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"Hindsights" by Michael Barr

Looking back at
Louis Jordan
- American Hero

Michael Barr
Heroes rarely think of themselves. I like to think that Lt. Louis Jordan's last thought, as he stood in a stinking muddy trench in Northern France in 1918, was of his home and family in the beautiful Texas Hill Country.

Louis John Jordan was born in Gillespie County on January 30, 1890. His maternal great-grandfather was the first pastor of the Vereins Kirche.

Jordan attended school in Fredericksburg. In his spare time he worked on the family ranch at Live Oak and at Stein Lumber Company in Fredericksburg.

In 1910 Jordan enrolled in San Antonio Academy, a private military school. He graduated in 1911. With good grades and excellent marks in citizenship he earned a scholarship to the University of Texas.

Louis Jordan was tall and stout with blue eyes and blond hair. He was a humble man with a quiet charisma. He drew others to him and made them better by being in his presence. He brightened the room just by walking into it. No one had a bad thing to say about Louis Jordan.

He was an honor student in the UT school of engineering. He lettered 4 years as a guard on the Longhorn football team, and he threw the hammer for the track team. His classmates called him "The Big Swede," but he was as German as sauerkraut.

The football team elected him captain in 1914. That year the Longhorns had one of the best teams in the country. They finished the season 8-0. They scored 271 points and gave up just 3 touchdowns: one to Oklahoma, one to Ole Miss and one to Haskell Indian Nation College in Lawrence, Kansas.

After the 1914 football season, Walter Camp listed Louis Jordan on Camp's All-American team. Jordan was the first longhorn and the first player from south of the Mason-Dixon Line to make the cut.

The selection was quite an accomplishment. Walter Camp was notorious for naming only Ivy Leaguers to his All-American squad.

Louis Jordan graduated from the University of Texas in 1915 with a degree in electrical engineering. He taught science one year at San Antonio Academy; then accepted a position at the San Antonio Public Service Company. He kept the electric streetcars running and on time.
 American Football
Lieutenant Louis Jordan
Wikipedia
When the United States entered World War I, Louis Jordan was an early volunteer. He trained at Leon Springs outside San Antonio. In August 1917 he was commissioned a 2nd lieutenant in the U.S. Army.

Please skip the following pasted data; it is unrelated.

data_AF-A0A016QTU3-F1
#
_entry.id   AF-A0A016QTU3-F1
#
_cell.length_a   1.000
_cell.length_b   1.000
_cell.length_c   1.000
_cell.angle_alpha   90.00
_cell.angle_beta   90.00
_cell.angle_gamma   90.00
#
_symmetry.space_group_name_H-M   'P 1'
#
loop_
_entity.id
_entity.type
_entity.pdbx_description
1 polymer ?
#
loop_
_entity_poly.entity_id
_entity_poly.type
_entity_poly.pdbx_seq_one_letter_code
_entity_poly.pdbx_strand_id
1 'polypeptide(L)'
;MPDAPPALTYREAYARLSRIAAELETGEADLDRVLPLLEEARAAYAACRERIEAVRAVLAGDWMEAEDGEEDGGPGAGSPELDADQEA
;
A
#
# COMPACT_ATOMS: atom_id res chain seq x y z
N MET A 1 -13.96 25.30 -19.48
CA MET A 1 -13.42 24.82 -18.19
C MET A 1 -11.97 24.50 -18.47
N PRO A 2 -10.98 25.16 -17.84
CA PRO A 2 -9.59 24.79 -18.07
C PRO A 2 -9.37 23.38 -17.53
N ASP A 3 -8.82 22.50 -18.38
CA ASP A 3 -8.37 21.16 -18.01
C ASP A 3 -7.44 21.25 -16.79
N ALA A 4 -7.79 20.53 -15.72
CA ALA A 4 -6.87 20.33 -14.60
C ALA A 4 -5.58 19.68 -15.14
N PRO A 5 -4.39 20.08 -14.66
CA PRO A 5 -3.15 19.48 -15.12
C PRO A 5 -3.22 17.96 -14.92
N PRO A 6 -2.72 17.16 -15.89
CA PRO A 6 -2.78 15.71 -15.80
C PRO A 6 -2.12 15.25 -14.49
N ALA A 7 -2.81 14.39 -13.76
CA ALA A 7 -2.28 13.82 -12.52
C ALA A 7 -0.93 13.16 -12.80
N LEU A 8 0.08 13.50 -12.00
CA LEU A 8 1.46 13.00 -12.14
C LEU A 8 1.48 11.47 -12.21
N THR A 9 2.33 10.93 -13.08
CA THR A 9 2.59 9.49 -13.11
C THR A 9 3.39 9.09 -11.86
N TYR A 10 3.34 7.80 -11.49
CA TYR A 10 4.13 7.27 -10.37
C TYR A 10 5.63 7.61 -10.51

He deployed to France on October 4, 1917. On New Year's Day the army assigned Jordan to the famous Rainbow Division and sent him to the German front.

On March 2, 1918 Jordan wrote in his diary what were probably his last written words: "The fighting we are doing now is the real thing. A man gets to be quite a fatalist in this game. If somehow or other they get me - all well and good. If not - still better. But somehow I feel safe."

Three days later Jordan was in front of his gun position when the German artillery barrage began. He ordered his men into the dugout and followed them inside. Just as he stepped in, an artillery shell exploded in the opening.

Lt. Louis Jordan died instantly - the first officer from Texas to die in World War I.

On March 7, 1918 the Army buried him with full military honors at the American Cemetery in Benemenil, France. The French government awarded Jordan the Croix de Guerre. Both houses of the Texas legislature passed resolutions in his honor.

As soon as the news of Jordan's death reached Gillespie County, family and friends began the process to bring him home.
Louis Jordan Tombstone    in Der Stadt Friedhof in Fredericksburg, TX
Louis Jordan Tombstone in Der Stadt Friedhof in Fredericksburg
Photo courtesy Michael Barr, January 2018
His flag-draped coffin arrived in Hoboken, New Jersey on May 21, 1921.On June 9, his body lay in state at the Gillespie County Courthouse. Thousand paid their silent respects. On June 11, 1921 Louis Jordan was reinterred at his mother's feet in Der Stadt Friedhof in Fredericksburg.

His 1914 letterman's sweater and shrapnel-pierced diary are on display in Belmont Hall, beneath the stands at Darrell K. Royal - Texas Memorial Stadium.
Michael Barr
"Hindsights"
February 1, 2018 Column

Sources:
"Dedication of Flag Pole," Fredericksburg Standard, November 29, 1924.
"Will Bury Body of First Texas Officer Killed," San Antonio Light, June 9, 1921.
The Alcalde, "The First Longhorn Star," September/October, 2001, p.100.

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    "Hindsights" by Michael Barr

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